Build Your Own Low-Cost Prefabricated A-Frame Home

If you itch to own a place in the country or a vacation cabin but can't afford to buy one ready-made, you can build your own low-cost prefabricated A-frame home in sections to be assembled on site.

| November/December 1985

  • 096-124-01a
    The completed home cost the Wades $12,000 to construct.
    PHOTO: JACK WADE
  • 096-124-01b
    Jack and his wife built the A-frame trusses in movable sections.
    JACK WADE
  • 096-124-01
    Erecting the trusses took just two days . . . And the entire shell was closed in two weeks later!
    JACK WADE

  • 096-124-01a
  • 096-124-01b
  • 096-124-01

Learn how to build your own low-cost prefabricated A-frame home from the ground up. (See the A-frame photos in the image gallery.)

For the past few years, I've been involved with an exciting concept in low-cost housing: I prefabricate modified A-frame homes in my spare time, right in my own backyard, then transport the presawn parts to rural lots where, with help from the purchasers and their friends, I can have a new dwelling up and weathertight in only two weeks.

It all started some time ago, when my wife and I decided to move to a more rural setting. But—as is the case with a great many people—our relocation plans were stymied by the prohibitive cost of purchasing a ready-made house; it seemed that the only way we'd be able to afford a country roof over our heads would be to put it there ourselves and build a low-cost prefabricated A-frame home. But given the time limitations of my annual two-week vacation, building from scratch didn't seem like a viable alternative, either.

For a while, we toyed with the idea of purchasing a factory-prefabricated log cabin and erecting it ourselves—but when we looked into kit homes, we found their cost to be a bit high for our budget. However, the idea of prefabrication had taken a firm hold on my imagination, and, being an engineer by trade, I decided to try designing a structure with component parts that my wife and I could prefabricate ourselves—at home, during our evenings and weekends—then transport to a rural building site for rapid assembly.



This approach, I reasoned, would allow us to make optimum use of our spare time and, once the assembly was begun, to quickly get the structure weathertight. So I chained myself to my drawing board until I came up with a design that would meet uniform building code requirements, maximize living space, and minimize both material costs and construction complexity . . . a two-story, modified A-frame dwelling.

My calculations indicated that a 20 foot width would be perfect for the ground floor, while a length of 24 feet would provide adequate floor space for personal needs (it would have been easy to make the house longer simply by adding on additional A-frame trusses). Further, as I went about refining the overall design, I discovered that I could include two redwood-decked, cantilevered balconies without significantly increasing material costs or making construction much more difficult.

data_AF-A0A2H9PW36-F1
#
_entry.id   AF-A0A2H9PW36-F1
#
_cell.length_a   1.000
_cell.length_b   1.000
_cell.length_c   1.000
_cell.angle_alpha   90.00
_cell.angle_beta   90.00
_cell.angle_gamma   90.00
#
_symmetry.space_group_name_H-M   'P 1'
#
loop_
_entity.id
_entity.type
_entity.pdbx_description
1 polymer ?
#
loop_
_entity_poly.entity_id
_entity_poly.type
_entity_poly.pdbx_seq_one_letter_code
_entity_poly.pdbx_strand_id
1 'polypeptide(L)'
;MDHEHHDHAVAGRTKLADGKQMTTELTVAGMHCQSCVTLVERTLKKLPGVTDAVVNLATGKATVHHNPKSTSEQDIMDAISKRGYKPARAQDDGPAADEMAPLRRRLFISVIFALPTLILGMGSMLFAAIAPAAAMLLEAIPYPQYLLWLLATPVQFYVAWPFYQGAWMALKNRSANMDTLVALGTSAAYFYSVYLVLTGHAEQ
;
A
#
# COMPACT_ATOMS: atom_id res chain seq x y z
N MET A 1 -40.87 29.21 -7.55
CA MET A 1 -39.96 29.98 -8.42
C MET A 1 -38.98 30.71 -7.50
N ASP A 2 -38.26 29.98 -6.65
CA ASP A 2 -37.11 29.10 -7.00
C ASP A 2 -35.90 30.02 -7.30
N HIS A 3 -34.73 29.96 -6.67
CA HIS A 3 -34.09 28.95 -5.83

waaer
12/1/2014 8:39:29 PM

Still trying to purchase Jack Wade's THE PREFABRICATED OWNER BUILT MODIFIED A-FRAME. No longer available at Amazon. Willing to purchase a copy of a copy if need be. Any help would be appreciated.


geneski
11/21/2014 11:24:07 AM

Theres a wonderful step-by-step article on A Frames in Cabins by David and Jeanie Stiles. I picked up the book at Barnes and Noble but Im sure Amazon has it. For prefabs, I found a book published in 1942 called House Construction Details by Nelson L Burbank. Both are quite informative and useful. Since I want to build a cabin in Alaska I can bypass the normal more rigorous approval departments!


Tate
12/19/2013 9:50:42 AM

Amazon has the book. http://www.amazon.com/The-Prefabricated-Owner-Built-Modified-A-Frame/dp/B00D0AJUF8







Mother Earth News Fair Schedule 2019

MOTHER EARTH NEWS FAIR

Next: February, 16-17 2019
Belton, TX

Whether you want to learn how to grow and raise your own food, build your own root cellar, or create a green dream home, come out and learn everything you need to know — and then some!

LEARN MORE








Subscribe Today - Pay Now & Save 64% Off the Cover Price

Money-Saving Tips in Every Issue!

Mother Earth NewsAt MOTHER EARTH NEWS, we are dedicated to conserving our planet's natural resources while helping you conserve your financial resources. You'll find tips for slashing heating bills, growing fresh, natural produce at home, and more. That's why we want you to save money and trees by subscribing through our earth-friendly automatic renewal savings plan. By paying with a credit card, you save an additional $5 and get 6 issues of MOTHER EARTH NEWS for only $12.95 (USA only).

You may also use the Bill Me option and pay $17.95 for 6 issues.

Canadian Subscribers - Click Here
International Subscribers - Click Here
Canadian subscriptions: 1 year (includes postage & GST).


Facebook Pinterest Instagram YouTube Twitter flipboard

Free Product Information Classifieds Newsletters